Hinweise und Tipps

Fachtag mit Präsentation und Diskussion zentraler Ergebnisse des Forschungsprojekts „Lebenssituation und Belastungen von Frauen mit Beeinträchtigungen und Behinderungen in Deutschland“, der ersten großen repräsentativen Studie zur Lebenssituation und zu Belastungen von Frauen mit Behinderungen in Deutschland - beauftragt vom Bundesministerium für Familie, Senioren, Frauen und Jugend (BMFSFJ).

Zeit: 26.04.2012, 10.00-17.30 Uhr

Ort: Großer Ratssaal, Neues Rathaus Bielefeld, Niederwall 23, 33602 Bielefeld

Programm und Anmeldung (Link zu PDF)

 

 


Die AG Queer Studies der Universität Hamburg setzt im Sommersemester 2012 ihre Ringvorlesungsreihe mit dem Titel: “Jenseits der Geschlechtergrenzen” fort.

Zeit: Mi 19.00 - 21.00 Uhr

Beginn: 04.04.2012, Ende: 11.07.23012

Ort: Raum 0079, Von-Melle-Park 5 (WiWiBunker)

Nähere Informationen auf der Seite der AG Queer Studies

Programm mit Abstracts (Link auf PDF)

 

 


Das Zentrum für Disability Studies der Universität Hamburg (ZeDiS) veranstaltet im Sommersemester 2012 eine Ringvorlesungsreihe mit dem Titel: “Behinderung ohne Behinderte!? Perspektiven der Disability Studies”  

Zeit: Mo 16.30 - 18.00 Uhr

Beginn: 02.04.2012, Ende: 09.07.23012

Ort: Raum 221, ESA 1 West (Edmund-Siemers-Allee 1, Westflügel, 20146 Hamburg)

Nähere Informationen auf der Seite des ZeDiS

Programm (Link auf PDF)

 

 


Von Fr, 20.07.2012, 18.00 bis So, 22.07.2012, 14.30 findet in der Akademie Waldschlösschen bei Göttingen ein Seminar zum Thema Homosexualität in der Migrationsgesellschaft. Eine intersektionelle Perspektive für Bildungs- und Beratungseinrichtungen, Gruppen und Initiativen statt.

Mehr auf der Seite der Akademie Waldschlösschen


 um 10:24 Uhr
09.03.2012

Old age is always wakeful; as if, the longer linked with life, the less man has to do with aught that looks like death. Among sea-commanders, the old greybeards will oftenest leave their berths to visit the night-cloaked deck. It was so with Ahab; only that now, of late, he seemed so much to live in the open air, that truly speaking, his visits were more to the cabin, than from the cabin to the planks. "It feels like going down into one's tomb,"—he would mutter to himself—"for an old captain like me to be descending this narrow scuttle, to go to my grave-dug berth."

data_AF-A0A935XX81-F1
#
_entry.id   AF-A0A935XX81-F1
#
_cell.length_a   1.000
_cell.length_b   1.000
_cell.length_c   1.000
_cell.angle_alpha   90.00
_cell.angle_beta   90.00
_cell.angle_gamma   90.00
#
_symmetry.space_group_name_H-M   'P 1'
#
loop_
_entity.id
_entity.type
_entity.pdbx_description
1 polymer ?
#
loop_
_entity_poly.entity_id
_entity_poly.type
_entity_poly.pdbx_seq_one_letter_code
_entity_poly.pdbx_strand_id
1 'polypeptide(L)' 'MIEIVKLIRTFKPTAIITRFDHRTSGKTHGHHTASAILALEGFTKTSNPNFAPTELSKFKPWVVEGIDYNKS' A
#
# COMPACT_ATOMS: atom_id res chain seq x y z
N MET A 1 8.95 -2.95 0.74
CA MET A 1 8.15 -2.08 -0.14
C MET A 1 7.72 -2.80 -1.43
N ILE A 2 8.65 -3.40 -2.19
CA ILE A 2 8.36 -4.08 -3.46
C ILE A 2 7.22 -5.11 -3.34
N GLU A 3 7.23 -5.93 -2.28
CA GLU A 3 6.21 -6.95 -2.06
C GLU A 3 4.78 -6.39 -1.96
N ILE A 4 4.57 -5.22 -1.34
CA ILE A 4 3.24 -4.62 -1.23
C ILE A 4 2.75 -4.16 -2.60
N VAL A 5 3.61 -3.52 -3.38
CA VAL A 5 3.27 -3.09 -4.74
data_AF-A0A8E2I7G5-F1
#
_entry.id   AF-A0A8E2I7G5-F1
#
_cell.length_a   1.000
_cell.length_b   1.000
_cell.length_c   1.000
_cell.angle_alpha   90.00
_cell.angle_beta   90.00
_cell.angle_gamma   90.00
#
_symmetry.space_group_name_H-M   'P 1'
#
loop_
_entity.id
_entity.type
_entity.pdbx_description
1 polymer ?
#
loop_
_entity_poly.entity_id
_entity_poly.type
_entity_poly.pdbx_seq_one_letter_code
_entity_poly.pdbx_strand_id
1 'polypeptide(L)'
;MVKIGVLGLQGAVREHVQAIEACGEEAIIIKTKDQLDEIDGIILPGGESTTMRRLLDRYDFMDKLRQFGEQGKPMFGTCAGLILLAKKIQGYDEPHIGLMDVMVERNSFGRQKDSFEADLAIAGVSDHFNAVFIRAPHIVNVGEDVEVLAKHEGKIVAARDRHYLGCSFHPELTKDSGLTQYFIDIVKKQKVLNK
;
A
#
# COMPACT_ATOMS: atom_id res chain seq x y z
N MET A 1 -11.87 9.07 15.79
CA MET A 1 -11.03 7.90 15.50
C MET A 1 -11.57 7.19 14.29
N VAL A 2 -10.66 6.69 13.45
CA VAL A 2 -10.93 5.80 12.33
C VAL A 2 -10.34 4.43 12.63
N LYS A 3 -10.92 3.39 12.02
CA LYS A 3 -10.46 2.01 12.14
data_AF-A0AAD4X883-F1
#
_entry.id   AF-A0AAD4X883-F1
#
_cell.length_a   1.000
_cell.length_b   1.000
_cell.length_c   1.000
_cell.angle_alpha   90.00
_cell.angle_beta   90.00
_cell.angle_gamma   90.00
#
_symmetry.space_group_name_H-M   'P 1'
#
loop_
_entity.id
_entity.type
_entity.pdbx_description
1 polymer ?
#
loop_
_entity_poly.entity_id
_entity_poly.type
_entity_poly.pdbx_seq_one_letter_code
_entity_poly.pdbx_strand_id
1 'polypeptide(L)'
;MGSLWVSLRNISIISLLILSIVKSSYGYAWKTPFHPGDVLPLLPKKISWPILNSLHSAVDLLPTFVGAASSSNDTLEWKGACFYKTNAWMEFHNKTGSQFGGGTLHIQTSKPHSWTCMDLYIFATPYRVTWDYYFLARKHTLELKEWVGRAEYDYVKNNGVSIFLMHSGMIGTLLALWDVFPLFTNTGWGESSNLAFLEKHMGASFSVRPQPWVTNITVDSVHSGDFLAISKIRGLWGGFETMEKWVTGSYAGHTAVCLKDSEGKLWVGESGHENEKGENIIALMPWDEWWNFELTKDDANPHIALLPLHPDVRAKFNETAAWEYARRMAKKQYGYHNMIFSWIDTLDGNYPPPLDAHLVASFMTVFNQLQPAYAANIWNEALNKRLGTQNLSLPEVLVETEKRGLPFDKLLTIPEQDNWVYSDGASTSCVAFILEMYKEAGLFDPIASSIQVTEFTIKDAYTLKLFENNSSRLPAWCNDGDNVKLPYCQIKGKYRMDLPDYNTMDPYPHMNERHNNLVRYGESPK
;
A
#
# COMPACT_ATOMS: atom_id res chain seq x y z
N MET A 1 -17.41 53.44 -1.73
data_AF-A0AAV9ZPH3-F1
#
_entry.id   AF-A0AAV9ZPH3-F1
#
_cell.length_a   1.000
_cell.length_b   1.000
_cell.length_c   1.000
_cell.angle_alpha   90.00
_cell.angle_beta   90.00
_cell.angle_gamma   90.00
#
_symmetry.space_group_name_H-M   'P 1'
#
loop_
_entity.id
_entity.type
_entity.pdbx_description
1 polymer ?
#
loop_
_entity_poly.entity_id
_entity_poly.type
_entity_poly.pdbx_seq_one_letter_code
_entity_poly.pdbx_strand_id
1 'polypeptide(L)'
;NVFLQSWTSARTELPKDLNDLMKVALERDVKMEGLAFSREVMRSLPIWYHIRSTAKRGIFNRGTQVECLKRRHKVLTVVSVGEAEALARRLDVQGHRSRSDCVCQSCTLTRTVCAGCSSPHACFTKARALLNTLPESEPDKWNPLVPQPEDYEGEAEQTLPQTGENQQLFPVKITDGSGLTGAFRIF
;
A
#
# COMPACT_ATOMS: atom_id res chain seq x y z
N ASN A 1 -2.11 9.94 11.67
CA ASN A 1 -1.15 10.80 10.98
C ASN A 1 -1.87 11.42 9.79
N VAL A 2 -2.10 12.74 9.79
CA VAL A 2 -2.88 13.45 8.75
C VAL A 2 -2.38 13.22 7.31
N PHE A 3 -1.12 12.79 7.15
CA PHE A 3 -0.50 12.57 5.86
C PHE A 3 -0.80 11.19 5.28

So, almost every twenty-four hours, when the watches of the night were set, and the band on deck sentinelled the slumbers of the band below; and when if a rope was to be hauled upon the forecastle, the sailors flung it not rudely down, as by day, but with some cautiousness dropt it to its place for fear of disturbing their slumbering shipmates; when this sort of steady quietude would begin to prevail, habitually, the silent steersman would watch the cabin-scuttle; and ere long the old man would emerge, gripping at the iron banister, to help his crippled way. Some considering touch of humanity was in him; for at times like these, he usually abstained from patrolling the quarter-deck; because to his wearied mates, seeking repose within six inches of his ivory heel, such would have been the reverberating crack and din of that bony step, that their dreams would have been on the crunching teeth of sharks. But once, the mood was on him too deep for common regardings; and as with heavy, lumber-like pace he was measuring the ship from taffrail to mainmast, Stubb, the old second mate, came up from below, with a certain unassured, deprecating humorousness, hinted that if Captain Ahab was pleased to walk the planks, then, no one could say nay; but there might be some way of muffling the noise; hinting something indistinctly and hesitatingly about a globe of tow, and the insertion into it, of the ivory heel. Ah! Stubb, thou didst not know Ahab then.

"Am I a cannon-ball, Stubb," said Ahab, "that thou wouldst wad me that fashion? But go thy ways; I had forgot. Below to thy nightly grave; where such as ye sleep between shrouds, to use ye to the filling one at last.—Down, dog, and kennel!"

Starting at the unforseen concluding exclamation of the so suddenly scornful old man, Stubb was speechless a moment; then said excitedly, "I am not used to be spoken to that way, sir; I do but less than half like it, sir."

"Avast! gritted Ahab between his set teeth, and violently moving away, as if to avoid some passionate temptation.

"No, sir; not yet," said Stubb, emboldened, "I will not tamely be called a dog, sir."

"Then be called ten times a donkey, and a mule, and an ass, and begone, or I'll clear the world of thee!"

As he said this, Ahab advanced upon him with such overbearing terrors in his aspect, that Stubb involuntarily retreated.


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